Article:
Small Talk

All dressed up, but no place to go

You may have heard some odd gossip flowing around the coast communities this past week. It will be of an incident that took place during lunch last Saturday and may start a whole new legend of the wandering widow in black.
“We were in the middle of lunch when this strange apparition came right into the restaurant draped in a black veil, with long black gloves apparently in tears, like she had just come from a funeral. She looked around, frowned, spoke with a waitress, made a call on her cell and then left as abruptly as she had come. She was either laughing maniacally or crying … hard to tell.”
It’s a great potential ghost story, but, of course, I’m that woman. And to several unsuspecting diners and a few puzzled wait staff, I thought I would explain. I’ve mentioned several times how often I choose to be silly on purpose. I was silly just last week, dressing as Mother Nature for Earth Day, creeping ivy and all. So you would think, wouldn’t you, that the Fates would be a little less anxious to throw me into situations where I get to look unintentionally silly? You would be wrong.
I’m not sure which came first. I was rather clumsy and loud as a child, so maybe I was accustomed to looking silly by the time I had children. It is your children’s job to make you look silly, and happily gives you the job of loving to be silly for them. Or perhaps it was the other way round. Once I got the hang of being silly on purpose for my babies, I stopped being bothered by the unexpected incidents. Either way, it makes life much easier.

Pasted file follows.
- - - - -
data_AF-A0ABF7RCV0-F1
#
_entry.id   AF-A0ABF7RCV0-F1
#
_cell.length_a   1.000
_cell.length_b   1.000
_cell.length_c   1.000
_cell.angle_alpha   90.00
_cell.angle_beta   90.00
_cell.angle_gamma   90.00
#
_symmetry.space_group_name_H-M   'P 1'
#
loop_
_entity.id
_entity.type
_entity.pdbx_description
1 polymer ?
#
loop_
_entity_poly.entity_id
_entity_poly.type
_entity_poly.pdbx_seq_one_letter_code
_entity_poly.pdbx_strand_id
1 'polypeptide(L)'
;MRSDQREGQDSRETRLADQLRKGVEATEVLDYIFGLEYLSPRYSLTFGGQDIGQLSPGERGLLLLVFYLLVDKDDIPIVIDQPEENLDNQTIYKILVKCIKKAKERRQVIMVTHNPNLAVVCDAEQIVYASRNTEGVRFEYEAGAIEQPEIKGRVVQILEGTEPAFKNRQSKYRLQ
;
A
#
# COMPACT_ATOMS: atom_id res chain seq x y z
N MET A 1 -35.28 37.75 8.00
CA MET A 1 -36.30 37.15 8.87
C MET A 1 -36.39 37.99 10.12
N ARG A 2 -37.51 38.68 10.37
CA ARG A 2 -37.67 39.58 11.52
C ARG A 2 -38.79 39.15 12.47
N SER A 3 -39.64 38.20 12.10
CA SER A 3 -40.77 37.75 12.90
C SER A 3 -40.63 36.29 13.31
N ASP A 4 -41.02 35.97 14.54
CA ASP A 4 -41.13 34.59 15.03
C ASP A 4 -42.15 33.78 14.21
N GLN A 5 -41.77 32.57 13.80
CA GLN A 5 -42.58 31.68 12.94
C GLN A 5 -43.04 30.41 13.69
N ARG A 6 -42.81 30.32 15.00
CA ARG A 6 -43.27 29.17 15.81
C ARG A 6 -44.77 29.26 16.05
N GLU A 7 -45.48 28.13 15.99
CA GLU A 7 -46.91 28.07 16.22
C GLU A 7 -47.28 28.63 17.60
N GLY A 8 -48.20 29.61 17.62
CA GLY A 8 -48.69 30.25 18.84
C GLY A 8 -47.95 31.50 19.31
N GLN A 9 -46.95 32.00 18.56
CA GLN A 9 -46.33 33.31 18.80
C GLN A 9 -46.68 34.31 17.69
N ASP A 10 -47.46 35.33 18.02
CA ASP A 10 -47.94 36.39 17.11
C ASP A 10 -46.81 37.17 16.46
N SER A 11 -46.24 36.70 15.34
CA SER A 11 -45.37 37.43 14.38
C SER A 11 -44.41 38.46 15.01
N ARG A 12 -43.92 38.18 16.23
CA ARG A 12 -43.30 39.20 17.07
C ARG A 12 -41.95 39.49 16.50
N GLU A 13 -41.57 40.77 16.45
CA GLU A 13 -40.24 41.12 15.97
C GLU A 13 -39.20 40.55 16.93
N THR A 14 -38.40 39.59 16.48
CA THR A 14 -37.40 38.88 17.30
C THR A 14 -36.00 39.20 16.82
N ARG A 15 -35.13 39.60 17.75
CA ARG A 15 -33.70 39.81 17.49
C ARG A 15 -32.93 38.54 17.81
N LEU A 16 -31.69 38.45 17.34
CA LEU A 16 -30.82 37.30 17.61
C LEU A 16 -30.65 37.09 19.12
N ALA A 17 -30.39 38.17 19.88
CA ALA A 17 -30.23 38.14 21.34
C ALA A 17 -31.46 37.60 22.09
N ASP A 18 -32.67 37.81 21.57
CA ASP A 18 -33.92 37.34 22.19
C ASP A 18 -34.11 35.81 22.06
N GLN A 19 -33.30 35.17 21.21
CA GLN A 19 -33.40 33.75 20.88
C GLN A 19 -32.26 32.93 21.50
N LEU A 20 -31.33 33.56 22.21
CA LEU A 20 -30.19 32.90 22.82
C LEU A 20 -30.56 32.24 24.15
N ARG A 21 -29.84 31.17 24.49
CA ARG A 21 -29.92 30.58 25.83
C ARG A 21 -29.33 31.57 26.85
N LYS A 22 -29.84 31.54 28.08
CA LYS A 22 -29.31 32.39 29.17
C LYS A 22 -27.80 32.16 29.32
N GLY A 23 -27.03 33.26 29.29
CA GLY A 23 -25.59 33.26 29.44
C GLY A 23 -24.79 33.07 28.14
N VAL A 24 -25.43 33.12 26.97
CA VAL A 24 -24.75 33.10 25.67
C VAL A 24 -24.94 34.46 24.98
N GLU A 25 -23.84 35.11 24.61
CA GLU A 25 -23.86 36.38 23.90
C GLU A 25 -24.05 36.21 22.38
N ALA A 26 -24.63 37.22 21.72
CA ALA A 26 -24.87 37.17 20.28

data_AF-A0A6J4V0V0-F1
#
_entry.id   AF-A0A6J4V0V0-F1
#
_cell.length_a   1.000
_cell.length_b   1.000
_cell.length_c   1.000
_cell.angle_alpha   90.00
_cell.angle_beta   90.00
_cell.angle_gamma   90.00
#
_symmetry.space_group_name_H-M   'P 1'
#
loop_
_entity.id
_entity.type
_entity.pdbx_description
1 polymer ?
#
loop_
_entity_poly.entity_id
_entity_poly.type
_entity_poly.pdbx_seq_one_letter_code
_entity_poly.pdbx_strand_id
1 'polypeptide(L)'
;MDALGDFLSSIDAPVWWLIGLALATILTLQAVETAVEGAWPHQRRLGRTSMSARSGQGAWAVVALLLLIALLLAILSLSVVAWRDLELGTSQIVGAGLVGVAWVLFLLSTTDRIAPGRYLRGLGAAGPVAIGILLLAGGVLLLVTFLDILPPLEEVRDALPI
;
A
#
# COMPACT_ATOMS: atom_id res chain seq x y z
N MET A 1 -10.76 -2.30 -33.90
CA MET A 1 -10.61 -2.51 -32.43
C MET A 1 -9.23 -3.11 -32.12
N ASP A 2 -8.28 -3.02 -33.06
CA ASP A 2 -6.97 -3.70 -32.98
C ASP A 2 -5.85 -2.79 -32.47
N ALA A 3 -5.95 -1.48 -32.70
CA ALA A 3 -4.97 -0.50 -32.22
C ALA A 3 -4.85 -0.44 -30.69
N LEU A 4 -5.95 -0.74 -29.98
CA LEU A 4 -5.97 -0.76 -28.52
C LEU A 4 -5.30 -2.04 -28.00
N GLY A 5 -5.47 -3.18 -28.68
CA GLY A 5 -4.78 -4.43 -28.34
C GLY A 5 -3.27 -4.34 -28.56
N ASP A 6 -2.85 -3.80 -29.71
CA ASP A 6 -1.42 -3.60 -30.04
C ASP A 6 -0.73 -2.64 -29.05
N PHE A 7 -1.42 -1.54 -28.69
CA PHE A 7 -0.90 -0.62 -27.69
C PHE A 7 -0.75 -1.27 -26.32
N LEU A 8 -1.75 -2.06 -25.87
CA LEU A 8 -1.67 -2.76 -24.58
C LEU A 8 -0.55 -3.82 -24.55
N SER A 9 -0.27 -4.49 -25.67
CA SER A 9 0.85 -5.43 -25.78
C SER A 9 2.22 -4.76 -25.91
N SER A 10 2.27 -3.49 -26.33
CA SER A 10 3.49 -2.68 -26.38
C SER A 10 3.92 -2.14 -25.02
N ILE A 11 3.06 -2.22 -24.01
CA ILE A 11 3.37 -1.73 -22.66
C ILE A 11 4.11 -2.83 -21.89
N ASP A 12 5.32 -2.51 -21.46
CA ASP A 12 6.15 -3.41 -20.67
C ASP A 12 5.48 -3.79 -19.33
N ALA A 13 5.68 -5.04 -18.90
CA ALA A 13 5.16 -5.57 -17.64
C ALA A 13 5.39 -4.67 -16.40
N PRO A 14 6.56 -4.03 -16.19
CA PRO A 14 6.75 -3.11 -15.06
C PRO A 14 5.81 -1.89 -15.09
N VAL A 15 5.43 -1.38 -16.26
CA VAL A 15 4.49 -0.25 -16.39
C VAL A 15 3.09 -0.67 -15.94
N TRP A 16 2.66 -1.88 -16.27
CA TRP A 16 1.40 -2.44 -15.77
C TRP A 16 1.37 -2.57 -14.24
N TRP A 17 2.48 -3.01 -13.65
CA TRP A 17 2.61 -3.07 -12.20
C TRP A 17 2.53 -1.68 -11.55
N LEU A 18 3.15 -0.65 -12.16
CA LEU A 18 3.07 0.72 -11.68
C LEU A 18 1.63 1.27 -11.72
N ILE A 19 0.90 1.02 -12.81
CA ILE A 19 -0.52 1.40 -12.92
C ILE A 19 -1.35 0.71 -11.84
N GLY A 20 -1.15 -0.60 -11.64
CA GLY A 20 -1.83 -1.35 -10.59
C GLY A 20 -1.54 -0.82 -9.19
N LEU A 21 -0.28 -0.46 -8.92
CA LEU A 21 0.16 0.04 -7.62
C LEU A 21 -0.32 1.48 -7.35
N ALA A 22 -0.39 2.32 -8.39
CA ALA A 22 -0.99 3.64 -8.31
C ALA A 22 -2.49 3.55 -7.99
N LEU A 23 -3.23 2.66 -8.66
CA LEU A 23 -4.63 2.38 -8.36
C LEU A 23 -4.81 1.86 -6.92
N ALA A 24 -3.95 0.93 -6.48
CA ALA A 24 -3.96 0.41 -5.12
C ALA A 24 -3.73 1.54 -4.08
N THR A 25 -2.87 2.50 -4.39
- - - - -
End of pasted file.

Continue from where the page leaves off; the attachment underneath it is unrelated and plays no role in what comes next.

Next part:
In any case, I had been invited to a friend’s 60th birthday party at a café in Carlsbad. I thought it would be amusing to do as I have done for several friend’s major birthdays and going-away parties, and drape myself in mourning, making a big entrance sobbing. It usually gets some laughs. This time, however, in spite of being an English major, I misread the invitation. I didn’t just misread it once. Showing clearly the power of misperception, I misread it three times along with the e-mail reminder. I arrived a day early.
In I swished, draped in black tulle, with a hanky to my mouth, ready to be royally silly and I saw no one there I recognized. Yeah, I felt silly alright.
I did it all again the next day with good results, and at least the café staff knew what I’m up to this time. They did show exemplary restraint the day before, and were anxious to help me, giving no sign that I looked like an escapee from some local loony bin.
They aren’t far wrong, but fortunately, I’m harmless.